Announced Wednesday as Gov. John Hickenlooper’s choice to head the Colorado Office of Economic Development and International Trade, Aspen City Council member Dwayne Romero has a mixed record in his business dealings in Aspen, according to the website Real Aspen.“Romero is … the president of the Snowmass arm of Related Cos., a New York-based international real estate development and investment firm. Related is the developer of the new village at the base of Snowmass that, dogged by foreclosure proceedings and high-stakes litigation, the Wall Street Journal recently dubbed ‘one of the worst wipe-outs in U.S. ski country.’”
Romero, 45, is a former U.S. Army officer and veteran of the Persian Gulf War who moved to Aspen in the 1990s and helped develop the base area at Aspen Highlands, where numerous businesses have since gone under, according to Real Aspen. Romero currently manages the Mountain Chalet, Snowmass Inn, the Snowmass Mall and the Snowmass Center.
“Smart and personable, Romero was elected as an Aspen city councilman in 2007,” the website reports. “His term expires in June. After ruling out a bid for reelection as a councilman, he recently indicated he was thinking of running for mayor. It is unlikely he will have time for that now. Romero also recently turned down a nomination to become the chairman of the Roaring Fork Transportation Authority.”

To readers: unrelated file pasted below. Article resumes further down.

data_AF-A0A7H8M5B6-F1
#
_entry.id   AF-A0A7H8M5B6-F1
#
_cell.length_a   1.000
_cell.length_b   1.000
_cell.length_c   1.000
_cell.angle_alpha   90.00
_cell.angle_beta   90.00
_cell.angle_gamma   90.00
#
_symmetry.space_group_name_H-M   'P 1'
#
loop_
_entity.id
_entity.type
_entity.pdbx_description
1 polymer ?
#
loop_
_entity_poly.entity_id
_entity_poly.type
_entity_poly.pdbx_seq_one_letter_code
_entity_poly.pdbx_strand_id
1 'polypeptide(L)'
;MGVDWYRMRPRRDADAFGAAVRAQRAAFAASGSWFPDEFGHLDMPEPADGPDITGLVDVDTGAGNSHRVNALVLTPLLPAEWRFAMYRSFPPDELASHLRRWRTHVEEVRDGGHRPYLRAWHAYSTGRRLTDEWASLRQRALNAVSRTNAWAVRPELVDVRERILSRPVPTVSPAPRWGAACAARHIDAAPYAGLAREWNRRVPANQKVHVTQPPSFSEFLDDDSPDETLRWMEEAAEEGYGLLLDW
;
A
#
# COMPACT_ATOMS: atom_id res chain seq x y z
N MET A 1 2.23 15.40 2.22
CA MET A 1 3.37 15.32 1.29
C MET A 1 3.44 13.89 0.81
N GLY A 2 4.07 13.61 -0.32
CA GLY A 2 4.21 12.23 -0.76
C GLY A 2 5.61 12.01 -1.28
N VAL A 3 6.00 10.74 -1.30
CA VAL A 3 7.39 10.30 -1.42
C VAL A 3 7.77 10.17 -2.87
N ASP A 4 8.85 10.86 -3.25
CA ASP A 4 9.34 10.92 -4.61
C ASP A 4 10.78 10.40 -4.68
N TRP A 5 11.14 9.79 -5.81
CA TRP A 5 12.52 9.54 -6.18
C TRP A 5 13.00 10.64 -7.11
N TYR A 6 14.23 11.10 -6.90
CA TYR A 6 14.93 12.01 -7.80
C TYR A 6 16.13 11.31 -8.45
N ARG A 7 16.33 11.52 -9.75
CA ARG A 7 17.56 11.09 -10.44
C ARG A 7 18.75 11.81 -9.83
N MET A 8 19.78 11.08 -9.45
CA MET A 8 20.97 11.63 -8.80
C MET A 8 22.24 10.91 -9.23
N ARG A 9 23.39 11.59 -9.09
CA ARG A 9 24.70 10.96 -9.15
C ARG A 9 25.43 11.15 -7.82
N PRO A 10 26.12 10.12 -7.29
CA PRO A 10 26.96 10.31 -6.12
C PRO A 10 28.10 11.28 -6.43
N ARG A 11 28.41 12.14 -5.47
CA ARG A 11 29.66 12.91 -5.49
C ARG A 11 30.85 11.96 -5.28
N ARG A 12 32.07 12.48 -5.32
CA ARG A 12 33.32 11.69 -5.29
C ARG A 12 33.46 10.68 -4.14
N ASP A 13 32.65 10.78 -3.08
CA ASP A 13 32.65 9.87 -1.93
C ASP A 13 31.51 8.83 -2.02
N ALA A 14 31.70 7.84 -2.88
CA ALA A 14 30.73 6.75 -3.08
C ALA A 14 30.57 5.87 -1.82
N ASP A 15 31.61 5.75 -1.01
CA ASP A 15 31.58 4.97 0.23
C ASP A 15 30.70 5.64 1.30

Hickenlooper had this to say in a press release Wednesday:
“Dwayne Romero knows how to create jobs and lead organizations. He helped stabilize and build successful businesses in the Colorado mountains, most recently in Snowmass Village. Dwayne has the necessary leadership training and business management experiences to promote economic development in Colorado and beyond its borders.”
Romero said this in the same release:
“I’m thrilled to take on this role. Gov. Hickenlooper is putting together a team that crosses party lines and sets a positive and constructive tone as we focus on improving the climate for creating new jobs and economic growth. I look forward to connecting with communities around our state as we create this ‘bottom-up’ economic development plan.”